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Discussion in 'Miscellaneous' started by WhitesBhoy, Jan 29, 2010.
No flowers to rest on his stomach, please.
http://news.yahoo.com/s/time/20100129/u ... 9195749200
Raise high his roof beams.
I liked Catcher and never understood all the fuss.
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Wonder if he kept his curtains always closed?
Rest in peace, you cranky old coot. And your book is overrated.
Remember a thread from a long time ago about favorite and least favorite books?
I always liked Studs Lonigan better than Catcher, but he wrote some brilliant stuff. I thought his short stories were his best work.
Cranky old coot indeed, and it certainly isn't his fault that Catcher is overrated. I have the distinct feeling that he'd have been happy with 5000 sales and a quieter life.
It is at least partially because he was a cranky, and perhaps crazy, old coot that it all reached such a cult status.
That, and it really is an excellent book, that EVERY adolescent male should read. If he somehow knew of its coming popularity and effect on generation after generation, you would have to wonder if practically stopping there was not part of the game plan. He still wrote, but maybe he didn't dare have "Catcher" suffer the consequences of any lesser literary labours...
.. and Studs was WAY UNDERRATED! And even wiki has very little to say about the trilogy.
Ah well, for you that 'weren't there'.
Read -but BEWARE- the review, it's correct in issues addressed... but it's freaking CLUELESS about the big picture!
- Typical intellectual self referencing self contradictive dreck.
When I was a kid, I first read Horatio Alger, which was about overcoming severe deprivation and adversity ... then Penrod, by Booth Tarkington which was the first I read relating to 'coming of age' and dealing with others.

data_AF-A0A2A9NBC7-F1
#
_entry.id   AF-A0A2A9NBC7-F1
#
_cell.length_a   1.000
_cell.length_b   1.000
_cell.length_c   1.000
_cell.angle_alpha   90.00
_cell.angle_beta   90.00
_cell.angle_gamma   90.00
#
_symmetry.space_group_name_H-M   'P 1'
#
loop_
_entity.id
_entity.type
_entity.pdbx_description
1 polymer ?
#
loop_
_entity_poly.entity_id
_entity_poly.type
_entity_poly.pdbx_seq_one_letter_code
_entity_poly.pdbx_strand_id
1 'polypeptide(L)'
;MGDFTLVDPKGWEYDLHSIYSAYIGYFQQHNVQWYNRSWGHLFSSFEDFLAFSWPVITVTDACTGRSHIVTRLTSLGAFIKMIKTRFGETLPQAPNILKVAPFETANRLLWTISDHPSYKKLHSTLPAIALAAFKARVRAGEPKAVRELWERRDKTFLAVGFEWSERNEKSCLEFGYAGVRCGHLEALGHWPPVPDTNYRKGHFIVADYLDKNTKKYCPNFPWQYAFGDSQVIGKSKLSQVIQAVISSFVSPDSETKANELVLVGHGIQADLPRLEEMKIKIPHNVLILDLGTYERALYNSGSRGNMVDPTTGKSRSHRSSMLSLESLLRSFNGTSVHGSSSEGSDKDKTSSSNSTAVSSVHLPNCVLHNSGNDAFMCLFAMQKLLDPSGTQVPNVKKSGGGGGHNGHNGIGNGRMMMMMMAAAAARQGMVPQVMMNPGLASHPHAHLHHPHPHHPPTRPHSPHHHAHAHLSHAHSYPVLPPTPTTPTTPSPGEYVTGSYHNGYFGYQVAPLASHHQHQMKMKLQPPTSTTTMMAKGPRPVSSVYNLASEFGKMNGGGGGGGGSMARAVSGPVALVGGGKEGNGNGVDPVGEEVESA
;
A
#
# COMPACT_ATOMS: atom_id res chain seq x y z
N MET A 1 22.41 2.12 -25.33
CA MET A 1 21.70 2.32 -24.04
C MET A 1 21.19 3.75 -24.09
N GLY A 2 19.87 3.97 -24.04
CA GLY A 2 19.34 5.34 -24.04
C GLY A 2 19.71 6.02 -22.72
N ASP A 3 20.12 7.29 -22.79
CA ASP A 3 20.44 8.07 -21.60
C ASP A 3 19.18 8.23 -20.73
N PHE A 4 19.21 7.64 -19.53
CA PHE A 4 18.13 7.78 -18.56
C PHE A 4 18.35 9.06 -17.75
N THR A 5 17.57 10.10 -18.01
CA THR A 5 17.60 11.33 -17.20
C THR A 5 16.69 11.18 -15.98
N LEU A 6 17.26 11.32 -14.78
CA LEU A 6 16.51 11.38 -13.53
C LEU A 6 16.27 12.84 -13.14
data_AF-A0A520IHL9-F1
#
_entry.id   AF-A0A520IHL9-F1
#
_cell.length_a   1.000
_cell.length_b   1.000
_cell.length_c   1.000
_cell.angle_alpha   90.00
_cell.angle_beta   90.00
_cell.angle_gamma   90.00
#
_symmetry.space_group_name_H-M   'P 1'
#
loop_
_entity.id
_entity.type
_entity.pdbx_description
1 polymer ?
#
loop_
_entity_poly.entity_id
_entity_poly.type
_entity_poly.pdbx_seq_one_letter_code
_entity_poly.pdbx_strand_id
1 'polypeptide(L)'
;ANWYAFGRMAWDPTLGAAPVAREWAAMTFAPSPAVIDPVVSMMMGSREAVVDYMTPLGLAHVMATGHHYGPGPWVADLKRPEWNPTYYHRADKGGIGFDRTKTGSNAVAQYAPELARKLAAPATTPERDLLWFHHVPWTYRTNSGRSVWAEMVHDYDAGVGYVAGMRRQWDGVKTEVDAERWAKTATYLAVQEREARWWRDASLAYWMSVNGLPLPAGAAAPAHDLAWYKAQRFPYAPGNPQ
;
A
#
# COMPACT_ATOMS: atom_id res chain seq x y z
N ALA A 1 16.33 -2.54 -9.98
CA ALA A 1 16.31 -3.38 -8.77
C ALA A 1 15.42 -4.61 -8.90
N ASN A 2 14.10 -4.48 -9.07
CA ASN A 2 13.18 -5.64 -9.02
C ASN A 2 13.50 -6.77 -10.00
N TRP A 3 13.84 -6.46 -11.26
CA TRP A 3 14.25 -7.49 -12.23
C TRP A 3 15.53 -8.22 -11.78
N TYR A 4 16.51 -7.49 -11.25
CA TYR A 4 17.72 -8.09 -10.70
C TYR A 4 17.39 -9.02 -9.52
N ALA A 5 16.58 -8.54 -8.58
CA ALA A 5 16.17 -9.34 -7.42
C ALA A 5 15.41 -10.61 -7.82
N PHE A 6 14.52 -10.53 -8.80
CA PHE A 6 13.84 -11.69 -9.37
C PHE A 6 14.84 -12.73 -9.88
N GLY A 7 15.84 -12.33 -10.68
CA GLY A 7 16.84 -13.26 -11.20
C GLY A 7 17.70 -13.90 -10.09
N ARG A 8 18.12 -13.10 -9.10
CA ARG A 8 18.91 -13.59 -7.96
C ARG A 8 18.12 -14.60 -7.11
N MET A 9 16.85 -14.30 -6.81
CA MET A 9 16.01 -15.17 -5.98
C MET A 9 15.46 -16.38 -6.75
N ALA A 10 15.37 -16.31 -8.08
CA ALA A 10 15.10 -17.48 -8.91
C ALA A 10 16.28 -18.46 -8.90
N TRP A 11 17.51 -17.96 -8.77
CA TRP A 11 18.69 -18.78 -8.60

Then I read, Young Lonigan, then I read Catcher. Then I read Catch 22.
Then I read Loneliness of the Long Distance Runner.
And I no longer entertained the fantasy that I was the only REAL person and everyone else was only in my imagination... and out to get me.
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BOT: TNR article on Salinger and CatcherWhy Do People Love 'Catcher in the Rye'?
- Not a bad job of it.
Not bad, if not a little too over-focused on the Jewish-Catholic supposed conundrum at the beginning of the article.
I like this quote:
Alfred Kazin, among other critics, took the harsh view, characterizing Salinger's audience as "the vast number who have been released by our society to think of themselves as endlessly sensitive, spiritually alone, [and] gifted, and whose suffering lies in the narrowing of their consciousness to themselves."
Sure you have to agree, if the audience forever stays 16 years old and never matures. I would say many critics like Kazin, then or now, don't get it because......they've grown up!
Gish's son had it right. But I wouldn't classify Holden and his story a pure fantasy. There is some truth and reality there for some, and you can "get away with it."
You're probably right.
Funny you should mention this, because this week there was an article in the Plain Dealer about the closest thing this generation has to Salinger, Bill Watterson, the guy who wrote the Calvin and Hobbes comic strip. He loathes (his word) publicity, and the PD did an email interview with him that they stated as far as they could see, it was the first interview he had done in 20 years. Watterson never licensed any products with Calvin and Hobbes. No stuffed animals, coffee mugs, T shirts, anything with Calvin on it is technically trademark infringement. Here is the interview, and here is a short retrospective of the strip by fans.
Watterson lives here in Cleveland, in a beautiful, somewhat secluded (surprise) suburb called Chagrin Falls. In the town square, there is an independent bookstore named The Fireside Bookshop. They are a quality outfit, and have great customer service, they've managed to do very well against the big chains of the world. What Bill Watterson once would do for them is put a personal message in some of the Calvin and Hobbes volumes, so they could sell them for a few extra dollars. He did this until one of the books showed up on ebay, and he wouldn't do it anymore.
My point to all of this is hey, if you do not want publicity, fantastic. The sign on the door of my house says forget the dog, beware the owner. However, Salinger could have been a little more gracious about it, Watterson does that pretty well.